By John Pavlus from MIT Technology Review:
The first real-world demo of Google Glass’s user interface made me laugh out loud. Forget the tiny touchpad on your temples you’ll be fussing with, or the constant “OK Glass” utterances-to-nobody: the supposedly subtle “gestural” interaction they came up with–snapping your chin upwards to activate the glasses, in a kind of twitchy, tech-augmented version of the “bro nod”–made the guy look like he was operating his own body like a crude marionette. The most “intuitive” thing we know how to do–move our own bodies–reduced to an awkward, device-mediated pantomime: this is “getting technology out of the way”?
Don’t worry, though–in a couple years, we’ll be apparently able to use future iterations of Glass much less weirdly. A Redditor discovered some code implying that we’ll be able to snap photos merely by winking. What could be more natural and effortless than that? Designers at Fjord speculate that these kinds of body-based micro-interactions are the future of interface design. “Why swipe your arm when you can just rub your fingers together,” they write. “What could be more natural than staring at something to select it, nodding to approve something?… For privacy, you’ll be able to use imperceptible movements, or even hidden ones such as flicking your tongue across your teeth.”
These designers think that the difference between effortless tongue-flicking and Glass’s crude chin-snapping is simply one of refinement. I’m not so sure. To me they both seem equally alienating–I don’t think we want our bodies to be UIs.
Heidegger’s concept of “ready to hand” describes a tool that, when used, feels like an extension of yourself that you “act through”. When you drive a nail with a hammer, you feel as though you are acting directly on the nail, not “asking” the hammer to do something for you. In contrast, “present at hand” describes a tool that, in use, causes you to “bump up against some aspect of its nature that makes you focus on it as an entity,” as Matt Webb of BERG writes.
This interesting article from bjango.com posits that stylistic design choices follow from the limitations of their hardware or production:
Like many trends in technical areas, interaction design is being led by technical ability.
8bit games looked 8bit-y, because of limited colour palettes and giant pixels. 16bit games looked 16bit-y because of better colour abilities and slightly smaller pixels than their 8bit counterparts. Newer games look newer, because GPU hardware developed to the point where full 3D games were possible. These aren’t stylistic choices, they’re hardware limitations, dictating how software looks.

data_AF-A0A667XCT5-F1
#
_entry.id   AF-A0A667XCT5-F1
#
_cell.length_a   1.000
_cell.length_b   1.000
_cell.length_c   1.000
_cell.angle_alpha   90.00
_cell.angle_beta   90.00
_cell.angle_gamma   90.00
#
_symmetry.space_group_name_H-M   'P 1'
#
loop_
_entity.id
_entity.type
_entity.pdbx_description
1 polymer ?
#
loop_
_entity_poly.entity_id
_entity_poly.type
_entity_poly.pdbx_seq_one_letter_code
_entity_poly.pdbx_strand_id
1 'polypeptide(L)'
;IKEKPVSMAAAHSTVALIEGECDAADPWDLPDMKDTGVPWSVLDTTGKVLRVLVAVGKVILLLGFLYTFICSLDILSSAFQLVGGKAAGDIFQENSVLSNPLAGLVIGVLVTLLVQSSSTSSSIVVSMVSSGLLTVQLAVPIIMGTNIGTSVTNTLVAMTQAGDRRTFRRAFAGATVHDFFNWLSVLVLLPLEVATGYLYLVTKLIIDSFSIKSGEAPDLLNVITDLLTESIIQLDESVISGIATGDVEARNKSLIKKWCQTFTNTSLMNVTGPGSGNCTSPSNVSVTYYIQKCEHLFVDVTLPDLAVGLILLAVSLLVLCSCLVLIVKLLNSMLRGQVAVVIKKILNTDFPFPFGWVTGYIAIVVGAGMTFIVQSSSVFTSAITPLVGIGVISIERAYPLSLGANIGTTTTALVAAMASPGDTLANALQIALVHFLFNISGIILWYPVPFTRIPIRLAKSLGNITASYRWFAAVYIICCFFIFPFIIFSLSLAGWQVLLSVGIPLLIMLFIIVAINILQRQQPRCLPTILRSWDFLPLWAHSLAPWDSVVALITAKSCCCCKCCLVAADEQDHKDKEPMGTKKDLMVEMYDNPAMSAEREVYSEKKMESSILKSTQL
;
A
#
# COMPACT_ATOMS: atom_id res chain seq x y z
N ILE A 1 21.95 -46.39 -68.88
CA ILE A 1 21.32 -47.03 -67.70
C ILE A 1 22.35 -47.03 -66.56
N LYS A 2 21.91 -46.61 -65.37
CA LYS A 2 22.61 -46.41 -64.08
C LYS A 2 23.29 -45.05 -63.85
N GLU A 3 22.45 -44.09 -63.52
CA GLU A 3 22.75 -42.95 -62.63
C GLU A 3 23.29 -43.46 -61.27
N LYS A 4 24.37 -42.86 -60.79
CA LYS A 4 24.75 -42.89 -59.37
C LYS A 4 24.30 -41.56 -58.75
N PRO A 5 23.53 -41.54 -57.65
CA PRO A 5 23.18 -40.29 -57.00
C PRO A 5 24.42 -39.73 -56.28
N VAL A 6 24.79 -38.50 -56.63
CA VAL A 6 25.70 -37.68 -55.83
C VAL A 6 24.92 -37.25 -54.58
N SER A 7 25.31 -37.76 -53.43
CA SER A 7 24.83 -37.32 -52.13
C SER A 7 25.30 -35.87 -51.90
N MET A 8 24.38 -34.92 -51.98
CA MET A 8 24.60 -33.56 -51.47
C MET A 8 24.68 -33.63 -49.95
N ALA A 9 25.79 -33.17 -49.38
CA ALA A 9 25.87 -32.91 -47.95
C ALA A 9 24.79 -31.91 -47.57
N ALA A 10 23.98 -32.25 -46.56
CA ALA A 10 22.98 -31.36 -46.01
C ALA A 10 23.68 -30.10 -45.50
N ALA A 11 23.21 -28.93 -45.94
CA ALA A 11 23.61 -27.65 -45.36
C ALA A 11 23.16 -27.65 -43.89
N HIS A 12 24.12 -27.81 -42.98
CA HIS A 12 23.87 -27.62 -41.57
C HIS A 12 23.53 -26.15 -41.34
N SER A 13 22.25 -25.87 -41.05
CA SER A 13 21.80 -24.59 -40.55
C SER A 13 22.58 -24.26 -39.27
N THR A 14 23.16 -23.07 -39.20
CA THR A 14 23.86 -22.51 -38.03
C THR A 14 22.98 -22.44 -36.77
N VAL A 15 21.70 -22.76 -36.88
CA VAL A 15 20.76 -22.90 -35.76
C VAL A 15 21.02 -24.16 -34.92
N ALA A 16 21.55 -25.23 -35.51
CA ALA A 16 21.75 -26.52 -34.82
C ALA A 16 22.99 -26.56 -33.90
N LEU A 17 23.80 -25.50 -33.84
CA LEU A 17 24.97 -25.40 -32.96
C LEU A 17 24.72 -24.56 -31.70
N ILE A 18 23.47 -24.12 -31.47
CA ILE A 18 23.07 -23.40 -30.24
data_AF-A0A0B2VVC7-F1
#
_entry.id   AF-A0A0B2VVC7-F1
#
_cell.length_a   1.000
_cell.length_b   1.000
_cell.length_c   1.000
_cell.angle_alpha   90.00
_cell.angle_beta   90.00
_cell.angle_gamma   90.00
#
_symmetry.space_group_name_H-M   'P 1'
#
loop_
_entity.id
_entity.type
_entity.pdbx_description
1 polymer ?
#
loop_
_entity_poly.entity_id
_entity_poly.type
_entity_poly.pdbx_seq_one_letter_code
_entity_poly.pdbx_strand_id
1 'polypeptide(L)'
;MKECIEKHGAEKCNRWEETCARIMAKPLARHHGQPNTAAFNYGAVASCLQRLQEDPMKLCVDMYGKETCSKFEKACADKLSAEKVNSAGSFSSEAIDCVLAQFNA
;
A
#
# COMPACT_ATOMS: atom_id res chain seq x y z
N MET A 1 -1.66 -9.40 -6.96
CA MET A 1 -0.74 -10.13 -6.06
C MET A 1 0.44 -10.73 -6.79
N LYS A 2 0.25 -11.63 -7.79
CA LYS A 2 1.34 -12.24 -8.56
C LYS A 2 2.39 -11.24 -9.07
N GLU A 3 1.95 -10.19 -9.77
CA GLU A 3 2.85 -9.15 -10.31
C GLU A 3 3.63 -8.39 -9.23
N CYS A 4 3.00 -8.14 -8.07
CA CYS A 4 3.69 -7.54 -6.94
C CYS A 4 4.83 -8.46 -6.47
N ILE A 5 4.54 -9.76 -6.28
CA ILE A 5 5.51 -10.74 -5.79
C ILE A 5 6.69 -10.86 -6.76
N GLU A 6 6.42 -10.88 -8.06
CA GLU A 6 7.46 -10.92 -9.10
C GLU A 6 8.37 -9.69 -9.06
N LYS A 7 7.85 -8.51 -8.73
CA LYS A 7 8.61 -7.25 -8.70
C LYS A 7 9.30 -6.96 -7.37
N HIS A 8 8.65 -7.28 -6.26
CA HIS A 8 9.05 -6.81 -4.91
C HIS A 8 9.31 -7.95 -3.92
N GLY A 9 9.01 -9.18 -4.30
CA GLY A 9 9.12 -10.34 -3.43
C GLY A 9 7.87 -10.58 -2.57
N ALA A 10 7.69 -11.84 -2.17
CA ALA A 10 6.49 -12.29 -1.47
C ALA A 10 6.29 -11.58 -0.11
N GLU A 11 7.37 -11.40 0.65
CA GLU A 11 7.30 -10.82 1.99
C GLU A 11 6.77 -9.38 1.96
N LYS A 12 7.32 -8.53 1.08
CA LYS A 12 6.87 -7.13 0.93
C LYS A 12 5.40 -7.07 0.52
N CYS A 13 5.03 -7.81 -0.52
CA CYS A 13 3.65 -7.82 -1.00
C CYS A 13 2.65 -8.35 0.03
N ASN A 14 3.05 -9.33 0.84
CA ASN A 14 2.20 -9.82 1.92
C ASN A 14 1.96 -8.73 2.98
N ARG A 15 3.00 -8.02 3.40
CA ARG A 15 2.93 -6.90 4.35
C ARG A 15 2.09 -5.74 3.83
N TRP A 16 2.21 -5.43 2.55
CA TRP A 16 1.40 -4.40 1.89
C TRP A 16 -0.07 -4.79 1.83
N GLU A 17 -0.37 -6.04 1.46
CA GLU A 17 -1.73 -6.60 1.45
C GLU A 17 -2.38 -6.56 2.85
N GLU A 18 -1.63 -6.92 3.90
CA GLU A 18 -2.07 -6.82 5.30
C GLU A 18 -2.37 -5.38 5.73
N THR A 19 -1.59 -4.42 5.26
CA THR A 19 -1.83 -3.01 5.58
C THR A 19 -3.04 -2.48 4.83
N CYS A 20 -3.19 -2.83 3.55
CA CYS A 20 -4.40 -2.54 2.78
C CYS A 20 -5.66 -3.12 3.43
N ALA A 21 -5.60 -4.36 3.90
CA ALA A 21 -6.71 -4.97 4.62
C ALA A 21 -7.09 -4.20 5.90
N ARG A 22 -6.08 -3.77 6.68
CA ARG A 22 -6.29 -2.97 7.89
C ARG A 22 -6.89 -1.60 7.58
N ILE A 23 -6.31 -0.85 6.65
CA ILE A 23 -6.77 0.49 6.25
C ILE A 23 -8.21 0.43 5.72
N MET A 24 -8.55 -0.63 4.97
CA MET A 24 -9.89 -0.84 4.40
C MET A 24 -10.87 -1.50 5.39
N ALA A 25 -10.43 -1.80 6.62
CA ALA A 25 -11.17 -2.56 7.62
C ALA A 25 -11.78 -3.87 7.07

In the same respect, print design has limitations to work with. Most body copy in print design is black, because of hardware abilities — black is one of the four printing plates, so it can be reproduced at high quality, with sharp, fine lines needed for text. Back off a little to a mid-grey and the quality drops significantly, because you’re still using black to print, but you’re building mid-grey from a dither pattern of small black dots on white paper. It’s a trick. There is no mid-grey, only black or white. And because of this, smallish text printed as mid-grey looks horrible (please note that I’m talking about typical four colour CMYK offset printing, not the use of special colours).
Great ideas for web, UI and UX design from Colm Tuite, a great authority, on Quora.com, a great site.
Here’s a pretty good resource for learning UX/UI design, if I do say so myself. There is a difference between UI design and UX design. There is a lot of overlap though, so I’ll try to bundle them together. Here it is, in ten simple steps.
#1 Discover the problem
Far too many designers sit down to work on a new project without doing any research at all. [more]
#2 Get to know your users
It’s much easier to solve problems when you first figure out who is experiencing them. Find out as much as you can about your users before you start. [more]
#3 Learn to wireframe properly
So, now that we know who our users are and what problems they are experiencing, we can start redesigning our homepage, right?
#4 Communicate effectively
It is your job to communicate the information your users want in the quickest, most effective way possible. [more]
Too long winded.
#5 Guide your users
When a user lands in your app and doesn’t immediately see how it can benefit them, chances are they’re gonna leave and won’t be coming back anytime soon. [more]
#6 Encourage your users
When a user makes a mistake, don’t just inform them in a cold manner and leave them to figure out the solution. [more]
#7 Reward your users
Likewise, when your users do something right, reward them. Don’t just inform them of their success like any robot would. [more]
#8 Learn the basic fundamentals (HTML, CSS, JS, Ruby, Python etc.). [more]
#9 Learn visual design
Lots of UX designers think they don’t need to know about color or typography. Others say it’s a complete waste of time. It’s not. [more]
#10 Study. Study. Study.
There are countless resources out there for learning about design. Here are just a few to get you started:
Aarron Walter (aarron) on Twitter
Paul Irish (paul_irish) on Twitter
Ryan Singer (rjs) on Twitter
Chris Coyier (chriscoyier) on Twitter
AaronRobbs (AaronRobbs) on Twitter
Designing for Emotion
Welcome | Voice and Tone
Dribbble – Popular
iOS Mobile Patterns
The Main Tap › PatternTap
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